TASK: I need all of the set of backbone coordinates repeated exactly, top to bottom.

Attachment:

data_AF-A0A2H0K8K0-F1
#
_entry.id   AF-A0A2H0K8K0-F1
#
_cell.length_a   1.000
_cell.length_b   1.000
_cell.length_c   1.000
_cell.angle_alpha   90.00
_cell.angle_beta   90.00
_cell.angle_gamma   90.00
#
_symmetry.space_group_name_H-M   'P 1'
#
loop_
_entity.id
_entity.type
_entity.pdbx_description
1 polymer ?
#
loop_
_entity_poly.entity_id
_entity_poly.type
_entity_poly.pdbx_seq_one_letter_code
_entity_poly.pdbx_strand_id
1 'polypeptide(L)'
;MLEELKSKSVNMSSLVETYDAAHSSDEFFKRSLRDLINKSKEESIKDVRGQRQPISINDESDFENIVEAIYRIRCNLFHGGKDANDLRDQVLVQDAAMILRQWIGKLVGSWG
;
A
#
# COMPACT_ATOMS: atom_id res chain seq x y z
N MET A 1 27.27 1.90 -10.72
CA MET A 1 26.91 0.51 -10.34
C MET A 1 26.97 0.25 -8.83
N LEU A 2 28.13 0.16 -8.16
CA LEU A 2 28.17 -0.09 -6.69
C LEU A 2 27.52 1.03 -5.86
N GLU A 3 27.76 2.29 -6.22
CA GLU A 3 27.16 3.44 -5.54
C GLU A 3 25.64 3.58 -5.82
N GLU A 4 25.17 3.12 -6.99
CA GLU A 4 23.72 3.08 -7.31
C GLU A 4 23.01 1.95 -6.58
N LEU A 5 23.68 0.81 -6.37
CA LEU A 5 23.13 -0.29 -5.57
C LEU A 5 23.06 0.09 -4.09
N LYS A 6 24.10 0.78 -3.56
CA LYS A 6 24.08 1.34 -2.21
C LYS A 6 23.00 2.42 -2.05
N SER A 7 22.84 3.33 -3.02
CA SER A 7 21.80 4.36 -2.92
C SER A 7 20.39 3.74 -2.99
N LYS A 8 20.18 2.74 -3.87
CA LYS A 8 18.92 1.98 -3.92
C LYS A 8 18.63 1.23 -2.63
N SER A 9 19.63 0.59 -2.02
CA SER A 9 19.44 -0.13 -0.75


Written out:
data_AF-A0A2H0K8K0-F1
#
_entry.id   AF-A0A2H0K8K0-F1
#
_cell.length_a   1.000
_cell.length_b   1.000
_cell.length_c   1.000
_cell.angle_alpha   90.00
_cell.angle_beta   90.00
_cell.angle_gamma   90.00
#
_symmetry.space_group_name_H-M   'P 1'
#
loop_
_entity.id
_entity.type
_entity.pdbx_description
1 polymer ?
#
loop_
_entity_poly.entity_id
_entity_poly.type
_entity_poly.pdbx_seq_one_letter_code
_entity_poly.pdbx_strand_id
1 'polypeptide(L)'
;MLEELKSKSVNMSSLVETYDAAHSSDEFFKRSLRDLINKSKEESIKDVRGQRQPISINDESDFENIVEAIYRIRCNLFHGGKDANDLRDQVLVQDAAMILRQWIGKLVGSWG
;
A
#
# COMPACT_ATOMS: atom_id res chain seq x y z
N MET A 1 27.27 1.90 -10.72
CA MET A 1 26.91 0.51 -10.34
C MET A 1 26.97 0.25 -8.83
N LEU A 2 28.13 0.16 -8.16
CA LEU A 2 28.17 -0.09 -6.69
C LEU A 2 27.52 1.03 -5.86
N GLU A 3 27.76 2.29 -6.22
CA GLU A 3 27.16 3.44 -5.54
C GLU A 3 25.64 3.58 -5.82
N GLU A 4 25.17 3.12 -6.99
CA GLU A 4 23.72 3.08 -7.31
C GLU A 4 23.01 1.95 -6.58
N LEU A 5 23.68 0.81 -6.37
CA LEU A 5 23.13 -0.29 -5.57
C LEU A 5 23.06 0.09 -4.09
N LYS A 6 24.10 0.78 -3.56
CA LYS A 6 24.08 1.34 -2.21
C LYS A 6 23.00 2.42 -2.05
N SER A 7 22.84 3.33 -3.02
CA SER A 7 21.80 4.36 -2.92
C SER A 7 20.39 3.74 -2.99
N LYS A 8 20.18 2.74 -3.87
CA LYS A 8 18.92 1.98 -3.92
C LYS A 8 18.63 1.23 -2.63
N SER A 9 19.63 0.59 -2.02
CA SER A 9 19.44 -0.13 -0.75